Born Robert Allen Zimmerman in 1941, Bob Dylan had his name changed for fear of anti-Semitism. That reports Daily Mail Tuesday based on letters written by the singer that will be auctioned next month.

“Many people have the impression that Jews are just moneylenders and merchants. They think all Jews are like that,” said the singer in a 1971 letter to close friend and blues artist Tony Glover. “But they were only because they could. That’s all they were allowed to do.”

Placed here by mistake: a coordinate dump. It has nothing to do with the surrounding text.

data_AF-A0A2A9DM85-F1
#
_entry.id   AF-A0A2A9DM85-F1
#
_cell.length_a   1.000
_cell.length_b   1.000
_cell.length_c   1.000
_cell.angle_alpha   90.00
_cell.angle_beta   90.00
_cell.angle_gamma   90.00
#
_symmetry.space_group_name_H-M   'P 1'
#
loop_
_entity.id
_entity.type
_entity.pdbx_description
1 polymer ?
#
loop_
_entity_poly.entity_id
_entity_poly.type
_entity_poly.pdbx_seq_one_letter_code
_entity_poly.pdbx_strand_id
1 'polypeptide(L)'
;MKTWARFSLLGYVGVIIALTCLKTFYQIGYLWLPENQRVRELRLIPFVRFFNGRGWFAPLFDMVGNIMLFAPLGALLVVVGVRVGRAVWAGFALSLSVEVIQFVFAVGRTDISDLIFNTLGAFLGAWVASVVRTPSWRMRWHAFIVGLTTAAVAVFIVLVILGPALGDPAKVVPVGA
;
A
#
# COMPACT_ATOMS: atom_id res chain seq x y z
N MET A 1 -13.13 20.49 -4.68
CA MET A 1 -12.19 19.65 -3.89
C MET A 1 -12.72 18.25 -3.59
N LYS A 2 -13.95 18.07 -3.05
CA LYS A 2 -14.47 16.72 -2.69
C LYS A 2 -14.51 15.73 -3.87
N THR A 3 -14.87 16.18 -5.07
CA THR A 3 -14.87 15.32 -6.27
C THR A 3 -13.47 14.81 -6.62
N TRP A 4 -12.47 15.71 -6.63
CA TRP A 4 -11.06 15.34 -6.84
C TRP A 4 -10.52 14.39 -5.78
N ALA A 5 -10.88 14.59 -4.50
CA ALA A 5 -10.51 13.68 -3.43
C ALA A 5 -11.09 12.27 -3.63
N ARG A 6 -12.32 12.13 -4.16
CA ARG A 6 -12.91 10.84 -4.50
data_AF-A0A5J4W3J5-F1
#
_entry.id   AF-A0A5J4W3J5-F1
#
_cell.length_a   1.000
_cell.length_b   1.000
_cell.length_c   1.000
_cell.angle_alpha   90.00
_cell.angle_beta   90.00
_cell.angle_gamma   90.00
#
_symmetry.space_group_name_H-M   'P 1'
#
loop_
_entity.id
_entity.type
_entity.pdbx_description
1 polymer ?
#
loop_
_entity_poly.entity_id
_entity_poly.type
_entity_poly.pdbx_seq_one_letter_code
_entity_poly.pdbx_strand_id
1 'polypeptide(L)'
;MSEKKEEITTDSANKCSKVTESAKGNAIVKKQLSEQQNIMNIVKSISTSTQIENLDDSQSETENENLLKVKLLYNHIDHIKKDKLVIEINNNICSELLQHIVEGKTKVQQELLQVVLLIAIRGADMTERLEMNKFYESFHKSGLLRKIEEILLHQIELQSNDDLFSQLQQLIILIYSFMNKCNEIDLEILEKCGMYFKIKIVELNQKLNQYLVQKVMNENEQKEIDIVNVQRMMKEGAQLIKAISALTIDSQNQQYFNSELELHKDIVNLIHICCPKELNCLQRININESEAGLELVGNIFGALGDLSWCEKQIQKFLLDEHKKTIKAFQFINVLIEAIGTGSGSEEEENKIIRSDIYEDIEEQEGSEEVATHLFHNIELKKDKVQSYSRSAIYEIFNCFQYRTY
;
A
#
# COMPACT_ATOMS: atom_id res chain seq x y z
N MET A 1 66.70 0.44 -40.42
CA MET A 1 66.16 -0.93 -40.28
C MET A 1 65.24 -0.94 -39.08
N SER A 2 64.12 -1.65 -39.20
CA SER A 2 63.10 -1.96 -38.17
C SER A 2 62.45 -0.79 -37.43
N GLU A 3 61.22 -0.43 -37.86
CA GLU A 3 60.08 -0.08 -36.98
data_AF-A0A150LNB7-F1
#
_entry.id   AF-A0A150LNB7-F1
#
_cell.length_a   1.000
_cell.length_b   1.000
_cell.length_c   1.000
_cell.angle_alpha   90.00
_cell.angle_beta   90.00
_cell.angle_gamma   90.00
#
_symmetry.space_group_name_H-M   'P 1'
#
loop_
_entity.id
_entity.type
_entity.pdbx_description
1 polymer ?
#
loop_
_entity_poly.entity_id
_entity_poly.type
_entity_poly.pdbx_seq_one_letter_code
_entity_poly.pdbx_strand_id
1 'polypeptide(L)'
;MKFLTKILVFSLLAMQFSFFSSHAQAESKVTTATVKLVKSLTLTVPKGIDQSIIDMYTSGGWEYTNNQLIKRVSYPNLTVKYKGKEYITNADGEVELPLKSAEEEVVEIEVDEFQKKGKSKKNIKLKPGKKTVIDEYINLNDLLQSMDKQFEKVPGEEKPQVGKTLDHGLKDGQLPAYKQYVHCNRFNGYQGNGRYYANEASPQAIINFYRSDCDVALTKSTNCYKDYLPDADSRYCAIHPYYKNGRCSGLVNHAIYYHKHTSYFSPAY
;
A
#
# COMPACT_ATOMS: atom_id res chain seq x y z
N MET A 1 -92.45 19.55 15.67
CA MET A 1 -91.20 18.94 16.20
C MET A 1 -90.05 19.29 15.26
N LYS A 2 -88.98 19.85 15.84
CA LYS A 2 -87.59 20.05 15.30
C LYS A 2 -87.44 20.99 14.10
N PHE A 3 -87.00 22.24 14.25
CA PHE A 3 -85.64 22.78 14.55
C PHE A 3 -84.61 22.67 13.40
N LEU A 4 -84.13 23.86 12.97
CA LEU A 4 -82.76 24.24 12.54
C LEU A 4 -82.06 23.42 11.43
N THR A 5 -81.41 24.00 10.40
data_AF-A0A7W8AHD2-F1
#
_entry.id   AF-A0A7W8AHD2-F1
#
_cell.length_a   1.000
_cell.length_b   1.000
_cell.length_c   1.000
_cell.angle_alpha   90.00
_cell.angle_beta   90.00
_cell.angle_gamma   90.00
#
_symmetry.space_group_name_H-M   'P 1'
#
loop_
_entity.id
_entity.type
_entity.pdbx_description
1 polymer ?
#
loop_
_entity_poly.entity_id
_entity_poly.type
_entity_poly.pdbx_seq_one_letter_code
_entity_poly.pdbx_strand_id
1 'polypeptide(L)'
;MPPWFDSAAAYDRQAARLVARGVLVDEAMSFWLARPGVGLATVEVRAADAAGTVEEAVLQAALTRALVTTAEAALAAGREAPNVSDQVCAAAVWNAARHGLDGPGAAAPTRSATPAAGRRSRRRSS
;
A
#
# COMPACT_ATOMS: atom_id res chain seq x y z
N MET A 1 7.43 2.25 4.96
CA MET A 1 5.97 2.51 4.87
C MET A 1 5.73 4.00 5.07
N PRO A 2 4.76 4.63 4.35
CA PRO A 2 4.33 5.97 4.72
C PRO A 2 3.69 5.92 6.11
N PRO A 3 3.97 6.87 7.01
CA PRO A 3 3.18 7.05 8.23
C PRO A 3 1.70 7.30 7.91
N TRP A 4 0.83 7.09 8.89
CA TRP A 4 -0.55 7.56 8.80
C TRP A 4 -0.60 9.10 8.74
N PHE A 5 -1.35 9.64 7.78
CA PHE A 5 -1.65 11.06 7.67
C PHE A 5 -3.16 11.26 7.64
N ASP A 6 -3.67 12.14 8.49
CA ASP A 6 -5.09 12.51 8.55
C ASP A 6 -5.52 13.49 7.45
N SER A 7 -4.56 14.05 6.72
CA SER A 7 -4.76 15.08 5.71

He also explained why he chose ‘Dylan’. “I mean, it wouldn’t have worked if I had changed my name to Bob Levy. Or Bob Neuwirth. Or Bob Donut,” the singer joked.

In another letter, the ten-time Grammy winner confessed to his love song Lay Lady Lay from 1969 not for the movie’s soundtrack Midnight Cowboy was created, but had previously been written in honor of Barbra Streisand.

Dylan broke through worldwide in the 1960s and has hits like Like a Rolling Stone, Knockin’ on Heavens’ Door in Hurricane released. He had his name officially changed in 1962. Letters that Dylan and Glover exchanged in 1971 will be auctioned next month at the RR Auction in Boston, US.

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